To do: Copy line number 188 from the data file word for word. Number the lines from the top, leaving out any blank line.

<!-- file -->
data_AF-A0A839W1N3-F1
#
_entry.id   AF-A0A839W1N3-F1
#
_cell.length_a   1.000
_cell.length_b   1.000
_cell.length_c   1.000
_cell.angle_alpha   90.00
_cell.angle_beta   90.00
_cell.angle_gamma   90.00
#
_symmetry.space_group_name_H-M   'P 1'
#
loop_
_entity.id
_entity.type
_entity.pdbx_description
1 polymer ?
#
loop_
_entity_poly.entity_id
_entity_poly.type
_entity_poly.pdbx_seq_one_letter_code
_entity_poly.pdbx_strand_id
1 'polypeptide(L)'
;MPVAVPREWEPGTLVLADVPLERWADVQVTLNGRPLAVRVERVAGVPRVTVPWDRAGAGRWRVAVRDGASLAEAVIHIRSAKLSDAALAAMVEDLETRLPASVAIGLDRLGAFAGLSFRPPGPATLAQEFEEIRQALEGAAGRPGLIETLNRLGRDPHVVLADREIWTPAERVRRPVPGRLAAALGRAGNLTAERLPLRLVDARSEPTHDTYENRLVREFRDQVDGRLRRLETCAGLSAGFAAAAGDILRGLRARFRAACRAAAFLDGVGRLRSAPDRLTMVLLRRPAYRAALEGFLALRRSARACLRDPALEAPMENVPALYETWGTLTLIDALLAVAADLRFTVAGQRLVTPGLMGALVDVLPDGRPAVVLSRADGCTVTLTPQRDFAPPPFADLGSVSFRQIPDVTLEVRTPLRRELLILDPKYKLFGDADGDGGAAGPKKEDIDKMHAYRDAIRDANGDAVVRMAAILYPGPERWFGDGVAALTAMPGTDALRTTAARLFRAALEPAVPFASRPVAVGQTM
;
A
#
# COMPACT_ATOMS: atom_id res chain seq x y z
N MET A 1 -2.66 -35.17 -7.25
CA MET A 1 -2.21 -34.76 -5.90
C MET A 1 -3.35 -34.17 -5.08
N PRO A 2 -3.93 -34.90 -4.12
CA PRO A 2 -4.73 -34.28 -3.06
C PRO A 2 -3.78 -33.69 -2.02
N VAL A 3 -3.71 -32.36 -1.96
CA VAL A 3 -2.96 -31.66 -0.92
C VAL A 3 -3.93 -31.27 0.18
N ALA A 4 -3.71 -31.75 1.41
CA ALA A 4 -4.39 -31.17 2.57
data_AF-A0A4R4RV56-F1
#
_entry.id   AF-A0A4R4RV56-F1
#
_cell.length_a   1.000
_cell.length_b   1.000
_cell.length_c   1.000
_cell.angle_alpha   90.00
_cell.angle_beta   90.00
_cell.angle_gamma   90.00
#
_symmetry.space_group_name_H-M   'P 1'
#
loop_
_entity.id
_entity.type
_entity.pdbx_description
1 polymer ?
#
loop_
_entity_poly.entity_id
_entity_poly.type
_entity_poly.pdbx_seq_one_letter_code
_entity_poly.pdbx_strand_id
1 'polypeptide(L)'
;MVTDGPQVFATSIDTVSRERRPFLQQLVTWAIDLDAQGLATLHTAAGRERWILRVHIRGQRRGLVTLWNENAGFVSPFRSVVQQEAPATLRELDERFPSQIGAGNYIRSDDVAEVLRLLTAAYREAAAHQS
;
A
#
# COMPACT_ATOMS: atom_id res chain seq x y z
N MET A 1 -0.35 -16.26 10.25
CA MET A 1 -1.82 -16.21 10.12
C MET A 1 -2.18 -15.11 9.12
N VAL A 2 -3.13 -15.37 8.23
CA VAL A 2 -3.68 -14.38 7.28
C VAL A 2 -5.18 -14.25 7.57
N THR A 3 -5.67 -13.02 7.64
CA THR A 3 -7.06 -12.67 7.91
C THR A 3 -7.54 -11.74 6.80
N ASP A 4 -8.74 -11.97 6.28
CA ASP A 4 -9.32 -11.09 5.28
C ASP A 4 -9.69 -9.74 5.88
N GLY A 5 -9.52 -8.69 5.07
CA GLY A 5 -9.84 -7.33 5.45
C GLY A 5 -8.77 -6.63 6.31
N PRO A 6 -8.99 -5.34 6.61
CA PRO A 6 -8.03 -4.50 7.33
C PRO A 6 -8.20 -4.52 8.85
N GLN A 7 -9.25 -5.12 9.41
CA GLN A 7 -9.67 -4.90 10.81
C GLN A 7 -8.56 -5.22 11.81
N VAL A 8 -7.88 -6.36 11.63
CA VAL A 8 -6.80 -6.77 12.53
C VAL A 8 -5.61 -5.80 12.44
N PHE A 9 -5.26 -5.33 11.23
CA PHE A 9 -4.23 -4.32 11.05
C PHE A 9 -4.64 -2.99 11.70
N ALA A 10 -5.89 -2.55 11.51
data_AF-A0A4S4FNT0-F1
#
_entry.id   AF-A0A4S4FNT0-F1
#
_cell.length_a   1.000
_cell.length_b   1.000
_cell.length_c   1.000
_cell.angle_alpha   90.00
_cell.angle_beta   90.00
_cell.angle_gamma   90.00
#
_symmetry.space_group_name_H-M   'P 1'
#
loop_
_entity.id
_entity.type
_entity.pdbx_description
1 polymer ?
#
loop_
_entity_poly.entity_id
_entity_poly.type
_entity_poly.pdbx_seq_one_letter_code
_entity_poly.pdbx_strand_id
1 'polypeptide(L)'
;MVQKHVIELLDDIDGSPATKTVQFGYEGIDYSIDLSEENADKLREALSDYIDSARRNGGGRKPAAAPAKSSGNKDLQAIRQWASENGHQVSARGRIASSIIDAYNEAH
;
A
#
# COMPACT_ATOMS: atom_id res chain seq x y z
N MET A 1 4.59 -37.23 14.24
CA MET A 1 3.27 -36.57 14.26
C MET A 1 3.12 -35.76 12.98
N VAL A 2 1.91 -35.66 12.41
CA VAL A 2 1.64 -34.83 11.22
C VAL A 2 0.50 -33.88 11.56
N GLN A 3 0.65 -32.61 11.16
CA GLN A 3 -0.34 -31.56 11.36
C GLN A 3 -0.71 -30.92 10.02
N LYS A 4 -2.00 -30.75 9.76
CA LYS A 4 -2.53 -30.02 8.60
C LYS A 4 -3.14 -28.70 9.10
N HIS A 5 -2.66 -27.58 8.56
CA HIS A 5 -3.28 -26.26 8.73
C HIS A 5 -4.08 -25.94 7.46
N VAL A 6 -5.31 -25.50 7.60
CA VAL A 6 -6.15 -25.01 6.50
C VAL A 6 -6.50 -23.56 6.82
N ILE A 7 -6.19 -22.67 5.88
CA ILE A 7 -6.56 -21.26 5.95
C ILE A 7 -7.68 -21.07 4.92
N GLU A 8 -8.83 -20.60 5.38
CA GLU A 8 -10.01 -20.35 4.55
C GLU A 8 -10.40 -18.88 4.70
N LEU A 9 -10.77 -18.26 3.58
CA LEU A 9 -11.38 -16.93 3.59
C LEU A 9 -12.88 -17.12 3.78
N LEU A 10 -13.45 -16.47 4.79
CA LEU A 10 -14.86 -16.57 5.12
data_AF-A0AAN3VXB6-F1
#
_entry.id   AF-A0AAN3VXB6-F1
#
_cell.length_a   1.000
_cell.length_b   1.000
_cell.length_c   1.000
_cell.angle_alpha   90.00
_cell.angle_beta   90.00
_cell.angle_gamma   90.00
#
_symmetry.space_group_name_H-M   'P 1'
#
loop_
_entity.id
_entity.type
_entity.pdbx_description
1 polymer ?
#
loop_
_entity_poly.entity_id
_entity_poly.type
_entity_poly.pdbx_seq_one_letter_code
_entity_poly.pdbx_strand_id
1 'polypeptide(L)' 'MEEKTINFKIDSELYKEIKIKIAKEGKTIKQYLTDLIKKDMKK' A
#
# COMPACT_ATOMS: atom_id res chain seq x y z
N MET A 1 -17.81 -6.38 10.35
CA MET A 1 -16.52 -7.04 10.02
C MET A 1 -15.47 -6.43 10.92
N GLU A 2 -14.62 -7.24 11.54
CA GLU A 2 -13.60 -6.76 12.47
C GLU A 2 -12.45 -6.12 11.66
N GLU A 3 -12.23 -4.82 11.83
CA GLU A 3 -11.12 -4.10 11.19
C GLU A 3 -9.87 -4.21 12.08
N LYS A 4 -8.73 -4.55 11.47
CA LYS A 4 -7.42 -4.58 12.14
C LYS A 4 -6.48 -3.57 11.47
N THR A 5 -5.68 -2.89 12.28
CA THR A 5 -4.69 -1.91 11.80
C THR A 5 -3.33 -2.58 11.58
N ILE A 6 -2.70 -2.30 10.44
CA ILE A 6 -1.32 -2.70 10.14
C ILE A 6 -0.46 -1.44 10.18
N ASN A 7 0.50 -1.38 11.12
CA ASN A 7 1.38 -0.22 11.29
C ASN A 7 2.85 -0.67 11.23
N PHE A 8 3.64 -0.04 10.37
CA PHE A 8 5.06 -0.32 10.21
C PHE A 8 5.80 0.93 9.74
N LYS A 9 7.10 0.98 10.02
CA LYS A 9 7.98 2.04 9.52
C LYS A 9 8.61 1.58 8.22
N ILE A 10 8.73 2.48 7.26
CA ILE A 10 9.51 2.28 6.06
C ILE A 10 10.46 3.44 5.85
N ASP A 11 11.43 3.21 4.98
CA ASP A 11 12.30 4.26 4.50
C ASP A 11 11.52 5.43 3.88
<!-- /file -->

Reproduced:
C MET A 1 -15.47 -6.43 10.92